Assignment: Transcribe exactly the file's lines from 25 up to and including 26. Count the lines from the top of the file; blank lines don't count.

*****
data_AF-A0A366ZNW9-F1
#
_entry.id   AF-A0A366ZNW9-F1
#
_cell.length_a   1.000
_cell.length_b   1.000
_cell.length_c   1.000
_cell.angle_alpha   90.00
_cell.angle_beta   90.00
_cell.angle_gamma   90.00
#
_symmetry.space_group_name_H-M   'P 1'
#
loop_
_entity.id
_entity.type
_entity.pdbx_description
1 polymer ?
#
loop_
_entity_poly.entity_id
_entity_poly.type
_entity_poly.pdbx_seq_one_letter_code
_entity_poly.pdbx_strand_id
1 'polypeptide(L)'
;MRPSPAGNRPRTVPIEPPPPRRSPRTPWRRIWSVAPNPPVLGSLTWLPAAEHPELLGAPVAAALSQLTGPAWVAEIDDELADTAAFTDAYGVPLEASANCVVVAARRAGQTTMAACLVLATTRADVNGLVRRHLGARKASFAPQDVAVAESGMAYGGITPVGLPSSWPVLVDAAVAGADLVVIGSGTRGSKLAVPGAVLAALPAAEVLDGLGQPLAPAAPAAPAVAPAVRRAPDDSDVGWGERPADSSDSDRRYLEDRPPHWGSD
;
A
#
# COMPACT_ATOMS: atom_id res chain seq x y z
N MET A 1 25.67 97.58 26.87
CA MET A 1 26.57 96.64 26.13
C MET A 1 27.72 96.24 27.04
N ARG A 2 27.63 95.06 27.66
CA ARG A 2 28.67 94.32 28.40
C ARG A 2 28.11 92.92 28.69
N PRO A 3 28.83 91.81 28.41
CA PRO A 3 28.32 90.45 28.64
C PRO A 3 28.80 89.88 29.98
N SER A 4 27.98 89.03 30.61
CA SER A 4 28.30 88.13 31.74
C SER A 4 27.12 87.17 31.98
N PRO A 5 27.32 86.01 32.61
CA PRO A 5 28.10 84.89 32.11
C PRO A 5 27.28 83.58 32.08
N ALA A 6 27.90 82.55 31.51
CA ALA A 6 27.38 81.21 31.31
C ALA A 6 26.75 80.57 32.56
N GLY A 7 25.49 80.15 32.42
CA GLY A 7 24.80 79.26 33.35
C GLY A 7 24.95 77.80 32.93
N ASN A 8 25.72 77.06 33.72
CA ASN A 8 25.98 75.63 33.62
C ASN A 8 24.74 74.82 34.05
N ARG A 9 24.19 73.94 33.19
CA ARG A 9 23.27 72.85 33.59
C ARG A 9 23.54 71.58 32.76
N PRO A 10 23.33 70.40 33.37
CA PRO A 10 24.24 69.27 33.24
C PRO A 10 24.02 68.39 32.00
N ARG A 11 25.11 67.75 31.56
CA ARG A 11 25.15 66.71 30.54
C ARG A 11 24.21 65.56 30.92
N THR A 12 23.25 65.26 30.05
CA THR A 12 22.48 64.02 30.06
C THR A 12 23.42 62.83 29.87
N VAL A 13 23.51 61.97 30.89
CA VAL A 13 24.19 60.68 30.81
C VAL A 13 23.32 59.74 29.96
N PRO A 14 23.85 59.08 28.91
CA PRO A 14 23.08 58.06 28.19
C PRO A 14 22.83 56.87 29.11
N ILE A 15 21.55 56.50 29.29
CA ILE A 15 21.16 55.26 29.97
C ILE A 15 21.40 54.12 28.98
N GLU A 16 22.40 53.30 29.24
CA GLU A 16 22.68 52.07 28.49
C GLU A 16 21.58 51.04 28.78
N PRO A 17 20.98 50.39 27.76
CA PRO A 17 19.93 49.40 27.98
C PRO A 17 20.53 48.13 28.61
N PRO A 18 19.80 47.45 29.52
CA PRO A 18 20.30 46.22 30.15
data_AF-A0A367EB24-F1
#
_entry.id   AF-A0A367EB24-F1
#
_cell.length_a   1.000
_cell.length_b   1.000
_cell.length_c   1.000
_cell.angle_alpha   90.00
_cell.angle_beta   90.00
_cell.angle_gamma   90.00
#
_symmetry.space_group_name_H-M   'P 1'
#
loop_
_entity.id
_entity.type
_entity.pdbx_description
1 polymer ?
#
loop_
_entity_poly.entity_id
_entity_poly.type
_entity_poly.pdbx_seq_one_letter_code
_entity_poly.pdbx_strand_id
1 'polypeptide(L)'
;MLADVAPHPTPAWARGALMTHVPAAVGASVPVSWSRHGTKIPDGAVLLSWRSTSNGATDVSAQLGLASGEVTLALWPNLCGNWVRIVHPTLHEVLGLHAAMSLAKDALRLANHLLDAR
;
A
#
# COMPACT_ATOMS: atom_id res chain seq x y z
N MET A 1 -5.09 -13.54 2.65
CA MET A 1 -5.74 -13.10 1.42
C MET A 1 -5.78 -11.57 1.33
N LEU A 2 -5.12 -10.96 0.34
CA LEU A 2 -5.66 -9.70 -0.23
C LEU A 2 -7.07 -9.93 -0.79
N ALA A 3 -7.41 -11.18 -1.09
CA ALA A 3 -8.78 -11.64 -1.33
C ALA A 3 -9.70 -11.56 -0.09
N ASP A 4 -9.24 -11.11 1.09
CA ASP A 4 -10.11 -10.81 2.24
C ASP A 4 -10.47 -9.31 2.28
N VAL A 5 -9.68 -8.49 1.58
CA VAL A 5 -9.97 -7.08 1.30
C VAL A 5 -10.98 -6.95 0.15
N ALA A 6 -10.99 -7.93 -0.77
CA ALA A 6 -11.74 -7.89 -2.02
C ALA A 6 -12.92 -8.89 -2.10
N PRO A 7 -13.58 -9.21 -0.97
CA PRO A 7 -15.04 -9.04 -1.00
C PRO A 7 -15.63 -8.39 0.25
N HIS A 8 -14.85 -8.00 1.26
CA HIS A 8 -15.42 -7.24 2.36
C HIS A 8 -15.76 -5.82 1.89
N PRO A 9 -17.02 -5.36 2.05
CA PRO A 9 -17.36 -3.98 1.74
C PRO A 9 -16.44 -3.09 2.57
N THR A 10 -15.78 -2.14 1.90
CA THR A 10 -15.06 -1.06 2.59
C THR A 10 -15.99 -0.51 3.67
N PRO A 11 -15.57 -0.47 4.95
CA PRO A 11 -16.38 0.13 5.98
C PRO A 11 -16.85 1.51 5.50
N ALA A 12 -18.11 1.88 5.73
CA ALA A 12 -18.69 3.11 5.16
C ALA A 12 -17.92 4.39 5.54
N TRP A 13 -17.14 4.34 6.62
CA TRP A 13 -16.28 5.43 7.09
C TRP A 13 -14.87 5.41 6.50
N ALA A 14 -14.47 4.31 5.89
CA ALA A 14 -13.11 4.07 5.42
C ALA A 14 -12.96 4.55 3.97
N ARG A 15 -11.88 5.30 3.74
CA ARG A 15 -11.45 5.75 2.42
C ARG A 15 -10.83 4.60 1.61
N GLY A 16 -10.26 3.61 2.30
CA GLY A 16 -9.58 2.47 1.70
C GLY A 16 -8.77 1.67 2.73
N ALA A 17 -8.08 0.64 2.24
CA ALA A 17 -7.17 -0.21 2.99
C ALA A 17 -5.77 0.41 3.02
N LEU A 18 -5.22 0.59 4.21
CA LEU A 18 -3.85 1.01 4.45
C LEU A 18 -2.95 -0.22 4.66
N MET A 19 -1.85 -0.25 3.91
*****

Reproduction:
1 'polypeptide(L)'
;MRPSPAGNRPRTVPIEPPPPRRSPRTPWRRIWSVAPNPPVLGSLTWLPAAEHPELLGAPVAAALSQLTGPAWVAEIDDELADTAAFTDAYGVPLEASANCVVVAARRAGQTTMAACLVLATTRADVNGLVRRHLGARKASFAPQDVAVAESGMAYGGITPVGLPSSWPVLVDAAVAGADLVVIGSGTRGSKLAVPGAVLAALPAAEVLDGLGQPLAPAAPAAPAVAPAVRRAPDDSDVGWGERPADSSDSDRRYLEDRPPHWGSD